Trinity Sunday. Fr Leon Pereira reminds us that God is not a monolith.
In many of the Judaisms (yes, plural) of Christ’s time, the idea of two Thrones or two Powers in heaven was not an outlandish one: an exalted human appearing beside God, to whom divinity is also attributed (see Daniel and Ezekiel). A certain binitarianism is not alien even within modern Judaism or Islam, with their concepts of the uncreated Torah or Koran respectively, co-eternally existing alongside God.
With this in mind, it is a crying shame when Christians drop all references to the Trinity at inter-religious events, for fear of offending monolithic monotheists such as Jews and Muslims. When Christians do that, they treat the Trinity as an “add-on” to our beliefs, which can just as readily be dropped.
Christians did not invent the Trinity to accommodate a later divinisation of Jesus. Rather, the earliest Christians writings (Paul’s earliest letters, Mark) depict Christ as God, but in a Jewish idiom: as Lord, Son of Man, the cornerstone, Shepherd of Israel, the new Moses, etc. The homilies in Acts show the earliest disciples’ understanding that within the Scriptures God speaks to God, person to person, Father to Son. The change for them was Jesus’s Resurrection. Jesus rose from the dead, and his disciples understood he is Lord and God, and Christ. Paul thus affirms that in Christ ‘the whole fullness of deity dwells bodily’ (Col 2:9).
The disciples did not claim that ‘the Word became a book and we have leafed through its pages’ but ‘the Word became flesh and dwelt among us, and we have seen his glory, glory as of the only Son from the Father, full of grace and truth’ (John 1:14), and ‘That which was from the beginning… which was with the Father and was made manifest to us – that which we have seen and heard we proclaim also to you, so that you too may have fellowship with us; and indeed our fellowship is with the Father and with his Son Jesus Christ’ (1 John 1:1-3).
The Trinity is how God truly is; not an “add-on” belief, but the essential truth of that love and being which is God. Some well-meaning preachers refer to God as ‘she’. Whatever we might say about God as feminine, calling God ‘she’ is a fall into idolatry, making the mistake of attributing a sex to God. Frankly God is so unlike us that it is not even clear if we should use the singular or plural on God – and this is so not even because God is Trinity!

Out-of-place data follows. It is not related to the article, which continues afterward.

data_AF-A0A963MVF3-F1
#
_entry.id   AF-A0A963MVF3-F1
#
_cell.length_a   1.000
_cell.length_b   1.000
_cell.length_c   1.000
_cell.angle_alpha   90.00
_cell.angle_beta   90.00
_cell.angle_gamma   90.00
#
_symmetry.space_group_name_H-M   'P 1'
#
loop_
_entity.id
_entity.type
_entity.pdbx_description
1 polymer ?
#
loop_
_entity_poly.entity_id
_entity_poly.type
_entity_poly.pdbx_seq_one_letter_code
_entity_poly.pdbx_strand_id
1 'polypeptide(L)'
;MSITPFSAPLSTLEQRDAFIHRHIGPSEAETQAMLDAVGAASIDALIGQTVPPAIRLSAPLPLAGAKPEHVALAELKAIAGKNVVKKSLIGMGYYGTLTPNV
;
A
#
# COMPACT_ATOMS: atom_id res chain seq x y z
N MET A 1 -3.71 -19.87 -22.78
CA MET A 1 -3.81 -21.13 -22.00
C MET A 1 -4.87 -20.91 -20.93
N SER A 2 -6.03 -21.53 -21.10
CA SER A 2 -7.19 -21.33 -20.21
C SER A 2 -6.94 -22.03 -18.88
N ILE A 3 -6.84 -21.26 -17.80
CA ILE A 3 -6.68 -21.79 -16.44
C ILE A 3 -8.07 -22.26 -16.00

God’s pronouns are: he, his. This is how he has chosen to self-identify. This is how he reveals himself to us. He does not relate to us as a monolithic deity, but as a tri-personal relationship, because that is what the One God is. The transcendent God makes himself immanent to us, intimate with us.
Would-be anarchists desire to ‘smash the patriarchy’, yet God the Father is a good father, a true father, from whom every fatherhood takes its name. Modern spiritualities emasculate or dehumanise Christ, preferring a pre-incarnate Sophia, divine wisdom. But Jesus had his gender-reveal celebration at the Annunciation, with the news declared by an archangel to his Mother. The Word became flesh, the Word became a baby boy, a real man, fully divine. Spirit, we are told, is a feminine term in Greek and Hebrew, but this is confusing grammar with sex. Scripture instead says ‘the Lord is the Spirit’ (2 Cor 3:17), the advocate who bears witness that we are children of God, who cries out for us and within us to the Father.
To our temptation to re-make God in our image, the Trinity reveals the truth about God and ourselves. He chooses his pronouns, he reveals the nature of love. To the reduction of humans to their desires, subjective choices, or inclinations, the Trinity reminds us that we are persons, created in the image of the tri-personal Creator. We are made for divine intimacy and friendship, and called by grace to eternal glory. We are persons for the tri-personal God.